So here’s to the first Websalad blog post of 2010, and we all hope you had both a happy and safe Christmas and New Year! As I’m writing this, I’m about as limber as a rusty nail and my typing skills are a bit primal… It could have something to do with playing too much Super Mario for Wii over the past few days… But as I’m reading up on what I missed over my 2 weeks away (yep, 2 weeks away from the internet and I feel like a victim of devolution) I’ve awoken to be enlightened by the fact that yes, we are now one decade into the “future”… The Millennium bug never happened when it was supposed to, and although we’re yet to see any hover cars or hover boards (I’ll give you 4 years, McFly….) we have seen some amazing technological developments within the web sphere.
As anticipated there were a lot of changes on the web in 2009, Google gained a new competitor in Microsoft with the launch of the Bing search engine, and what was forecast to send shockwaves throughout the search industry merely gave ripples… While we’re talking search in 2009, what about the increasing emphasis on optimizing social media (refer to Google’s intention to index Facebook and Twitter for search)? And then there’s the rapid development of the smart phone, with the iPhone and the BlackBerry already occupying an enormous portion of the market – with the Google Nexus One set to launch later this year – mobile internet has experienced an unprecedented growth with large scale consumer websites beginning to optimize for mobile browsing. Is mobile internet already dictating the path of search in 2010….? Only time will tell…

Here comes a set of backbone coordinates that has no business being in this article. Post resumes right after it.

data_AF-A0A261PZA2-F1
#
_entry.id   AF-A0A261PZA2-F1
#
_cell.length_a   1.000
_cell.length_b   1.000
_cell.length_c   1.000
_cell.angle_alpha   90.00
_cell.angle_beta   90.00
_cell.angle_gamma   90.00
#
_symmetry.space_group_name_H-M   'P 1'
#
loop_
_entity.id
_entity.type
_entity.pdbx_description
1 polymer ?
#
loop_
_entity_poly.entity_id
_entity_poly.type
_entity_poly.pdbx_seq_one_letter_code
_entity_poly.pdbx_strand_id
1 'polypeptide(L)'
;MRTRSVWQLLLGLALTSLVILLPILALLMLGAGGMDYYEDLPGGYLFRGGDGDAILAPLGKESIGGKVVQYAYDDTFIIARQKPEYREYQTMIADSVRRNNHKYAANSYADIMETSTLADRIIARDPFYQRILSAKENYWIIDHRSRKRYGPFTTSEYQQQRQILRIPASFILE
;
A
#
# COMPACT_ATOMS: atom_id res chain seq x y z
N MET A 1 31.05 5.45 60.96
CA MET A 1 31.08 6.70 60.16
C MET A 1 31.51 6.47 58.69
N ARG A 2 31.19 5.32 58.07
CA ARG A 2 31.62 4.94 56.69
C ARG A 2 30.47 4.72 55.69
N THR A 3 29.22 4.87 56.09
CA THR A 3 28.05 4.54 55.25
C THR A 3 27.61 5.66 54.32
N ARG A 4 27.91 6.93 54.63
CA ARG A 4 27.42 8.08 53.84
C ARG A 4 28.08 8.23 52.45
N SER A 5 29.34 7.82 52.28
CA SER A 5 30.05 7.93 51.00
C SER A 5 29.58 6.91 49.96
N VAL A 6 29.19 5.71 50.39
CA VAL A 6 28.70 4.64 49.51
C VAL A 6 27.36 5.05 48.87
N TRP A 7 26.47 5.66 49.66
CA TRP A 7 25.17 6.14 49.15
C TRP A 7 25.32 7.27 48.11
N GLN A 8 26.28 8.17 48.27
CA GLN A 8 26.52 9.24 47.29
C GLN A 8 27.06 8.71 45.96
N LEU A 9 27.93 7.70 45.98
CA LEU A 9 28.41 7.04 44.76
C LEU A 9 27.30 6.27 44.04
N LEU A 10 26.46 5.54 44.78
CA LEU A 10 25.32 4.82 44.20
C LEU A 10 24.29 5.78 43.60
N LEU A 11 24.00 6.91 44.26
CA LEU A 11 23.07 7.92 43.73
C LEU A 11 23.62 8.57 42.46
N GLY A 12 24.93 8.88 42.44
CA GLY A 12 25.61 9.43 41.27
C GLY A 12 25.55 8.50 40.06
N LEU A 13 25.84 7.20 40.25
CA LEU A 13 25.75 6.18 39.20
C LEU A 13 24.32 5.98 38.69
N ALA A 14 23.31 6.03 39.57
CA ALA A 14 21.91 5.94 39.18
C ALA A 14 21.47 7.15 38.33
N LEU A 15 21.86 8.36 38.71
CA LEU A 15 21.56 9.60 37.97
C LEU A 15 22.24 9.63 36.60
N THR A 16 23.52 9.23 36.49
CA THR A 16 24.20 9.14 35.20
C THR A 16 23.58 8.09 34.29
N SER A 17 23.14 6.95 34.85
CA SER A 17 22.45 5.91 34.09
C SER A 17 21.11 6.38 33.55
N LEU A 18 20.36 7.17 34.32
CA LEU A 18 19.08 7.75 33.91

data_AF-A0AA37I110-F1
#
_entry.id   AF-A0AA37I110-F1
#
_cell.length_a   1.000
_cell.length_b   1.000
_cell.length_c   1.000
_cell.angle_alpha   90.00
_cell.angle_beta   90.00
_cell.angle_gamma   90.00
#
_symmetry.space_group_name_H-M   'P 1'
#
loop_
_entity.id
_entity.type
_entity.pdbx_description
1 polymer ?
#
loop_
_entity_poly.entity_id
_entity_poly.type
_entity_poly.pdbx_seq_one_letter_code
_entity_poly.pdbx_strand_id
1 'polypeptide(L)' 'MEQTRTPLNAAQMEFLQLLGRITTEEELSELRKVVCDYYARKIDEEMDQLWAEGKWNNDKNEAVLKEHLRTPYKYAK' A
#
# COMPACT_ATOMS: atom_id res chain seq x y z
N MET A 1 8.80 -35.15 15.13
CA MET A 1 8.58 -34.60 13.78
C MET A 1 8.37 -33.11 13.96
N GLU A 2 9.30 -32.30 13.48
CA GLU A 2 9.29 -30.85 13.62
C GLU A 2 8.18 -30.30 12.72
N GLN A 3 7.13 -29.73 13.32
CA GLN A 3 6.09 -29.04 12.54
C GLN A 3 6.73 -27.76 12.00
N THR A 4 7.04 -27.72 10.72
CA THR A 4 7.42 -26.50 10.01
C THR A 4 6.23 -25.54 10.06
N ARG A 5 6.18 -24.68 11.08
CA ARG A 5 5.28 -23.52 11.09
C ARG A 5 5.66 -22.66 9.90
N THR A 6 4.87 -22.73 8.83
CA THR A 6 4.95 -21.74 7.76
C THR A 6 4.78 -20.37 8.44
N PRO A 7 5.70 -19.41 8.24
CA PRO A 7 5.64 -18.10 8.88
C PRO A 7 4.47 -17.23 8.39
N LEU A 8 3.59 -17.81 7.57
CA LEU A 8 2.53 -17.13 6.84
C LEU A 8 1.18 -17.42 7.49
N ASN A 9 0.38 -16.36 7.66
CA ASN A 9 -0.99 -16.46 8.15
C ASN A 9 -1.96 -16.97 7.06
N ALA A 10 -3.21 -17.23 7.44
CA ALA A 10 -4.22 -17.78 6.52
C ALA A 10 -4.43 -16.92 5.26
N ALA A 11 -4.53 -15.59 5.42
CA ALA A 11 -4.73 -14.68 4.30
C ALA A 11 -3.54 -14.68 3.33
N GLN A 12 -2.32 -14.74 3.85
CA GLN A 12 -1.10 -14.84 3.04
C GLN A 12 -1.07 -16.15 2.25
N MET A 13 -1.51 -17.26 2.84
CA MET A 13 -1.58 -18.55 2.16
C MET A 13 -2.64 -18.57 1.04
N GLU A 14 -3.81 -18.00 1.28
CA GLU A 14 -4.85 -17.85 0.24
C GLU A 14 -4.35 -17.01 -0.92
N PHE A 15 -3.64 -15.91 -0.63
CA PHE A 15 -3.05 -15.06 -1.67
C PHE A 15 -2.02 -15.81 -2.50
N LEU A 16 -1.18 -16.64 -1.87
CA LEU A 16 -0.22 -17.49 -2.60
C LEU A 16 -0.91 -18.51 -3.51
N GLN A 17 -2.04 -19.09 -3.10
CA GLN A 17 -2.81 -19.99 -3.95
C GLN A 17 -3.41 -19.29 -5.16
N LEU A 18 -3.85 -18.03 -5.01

Elsewhere on the web: Yahoo’s Geocities project finally bit the bullet, and although its demise was imminent, it still brings a bit of a nostalgic tear to my eye… Looking at the action on the social media side of things, Facebook and Twitter continued to receive exponential growth, whereas Myspace.com lost half of its United States based users in 2009. Does anybody even care about MySpace anymore…? Evidently not, and the many changes to Myspace in 2009 have done the website no justice. Twitter seemed to clean itself up quite a bit, with a sleek new home page, an ergonomic retweet support function and also the inception of twitter ‘lists’ into its forte… And if we’re going to talk 2009 interface changes here, what about the mess that Facebook is in? From memory I can count a notable 2 interface changes for 2009 (don’t quote me on that figure) that left users confused and irritated, including myself – but somehow the perpetual growth of Facebook’s market share continued onwards unscathed by the website’s experimental tactics.
So where to from here…? We’re ten years into the 2nd millennium, and although we’re not yet under complete oppression and subjugation from artificial intelligence (see Skynet: scheduled for 2018), we seem to be making some pretty incredible technological advancements.
What would you like to see in search and social media in 2010…?